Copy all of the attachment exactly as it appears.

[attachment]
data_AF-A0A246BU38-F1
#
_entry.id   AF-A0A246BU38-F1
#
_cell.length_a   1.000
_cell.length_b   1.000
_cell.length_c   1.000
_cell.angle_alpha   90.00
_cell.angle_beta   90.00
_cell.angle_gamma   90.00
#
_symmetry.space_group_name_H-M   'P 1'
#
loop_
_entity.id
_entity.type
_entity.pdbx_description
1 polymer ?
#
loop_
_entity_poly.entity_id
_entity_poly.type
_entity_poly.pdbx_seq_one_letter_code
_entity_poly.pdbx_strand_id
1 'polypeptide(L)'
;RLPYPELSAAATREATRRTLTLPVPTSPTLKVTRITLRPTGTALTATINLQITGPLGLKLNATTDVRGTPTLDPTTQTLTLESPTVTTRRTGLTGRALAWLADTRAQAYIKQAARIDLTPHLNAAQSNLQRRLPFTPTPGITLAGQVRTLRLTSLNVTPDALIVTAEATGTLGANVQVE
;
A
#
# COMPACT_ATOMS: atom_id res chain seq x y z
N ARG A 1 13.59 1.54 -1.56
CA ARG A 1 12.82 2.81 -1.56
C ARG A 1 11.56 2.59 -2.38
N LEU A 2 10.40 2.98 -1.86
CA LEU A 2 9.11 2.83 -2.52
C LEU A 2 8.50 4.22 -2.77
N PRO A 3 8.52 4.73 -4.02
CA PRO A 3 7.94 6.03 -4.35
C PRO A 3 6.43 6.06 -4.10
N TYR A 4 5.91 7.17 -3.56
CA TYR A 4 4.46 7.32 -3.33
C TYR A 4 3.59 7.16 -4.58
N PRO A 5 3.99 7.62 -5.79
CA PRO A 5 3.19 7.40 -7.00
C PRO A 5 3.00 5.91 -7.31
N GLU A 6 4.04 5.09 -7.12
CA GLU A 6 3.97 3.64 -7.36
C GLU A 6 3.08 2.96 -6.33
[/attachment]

data_AF-A0A246BU38-F1
#
_entry.id   AF-A0A246BU38-F1
#
_cell.length_a   1.000
_cell.length_b   1.000
_cell.length_c   1.000
_cell.angle_alpha   90.00
_cell.angle_beta   90.00
_cell.angle_gamma   90.00
#
_symmetry.space_group_name_H-M   'P 1'
#
loop_
_entity.id
_entity.type
_entity.pdbx_description
1 polymer ?
#
loop_
_entity_poly.entity_id
_entity_poly.type
_entity_poly.pdbx_seq_one_letter_code
_entity_poly.pdbx_strand_id
1 'polypeptide(L)'
;RLPYPELSAAATREATRRTLTLPVPTSPTLKVTRITLRPTGTALTATINLQITGPLGLKLNATTDVRGTPTLDPTTQTLTLESPTVTTRRTGLTGRALAWLADTRAQAYIKQAARIDLTPHLNAAQSNLQRRLPFTPTPGITLAGQVRTLRLTSLNVTPDALIVTAEATGTLGANVQVE
;
A
#
# COMPACT_ATOMS: atom_id res chain seq x y z
N ARG A 1 13.59 1.54 -1.56
CA ARG A 1 12.82 2.81 -1.56
C ARG A 1 11.56 2.59 -2.38
N LEU A 2 10.40 2.98 -1.86
CA LEU A 2 9.11 2.83 -2.52
C LEU A 2 8.50 4.22 -2.77
N PRO A 3 8.52 4.73 -4.02
CA PRO A 3 7.94 6.03 -4.35
C PRO A 3 6.43 6.06 -4.10
N TYR A 4 5.91 7.17 -3.56
CA TYR A 4 4.46 7.32 -3.33
C TYR A 4 3.59 7.16 -4.58
N PRO A 5 3.99 7.62 -5.79
CA PRO A 5 3.19 7.40 -7.00
C PRO A 5 3.00 5.91 -7.31
N GLU A 6 4.04 5.09 -7.12
CA GLU A 6 3.97 3.64 -7.36
C GLU A 6 3.08 2.96 -6.33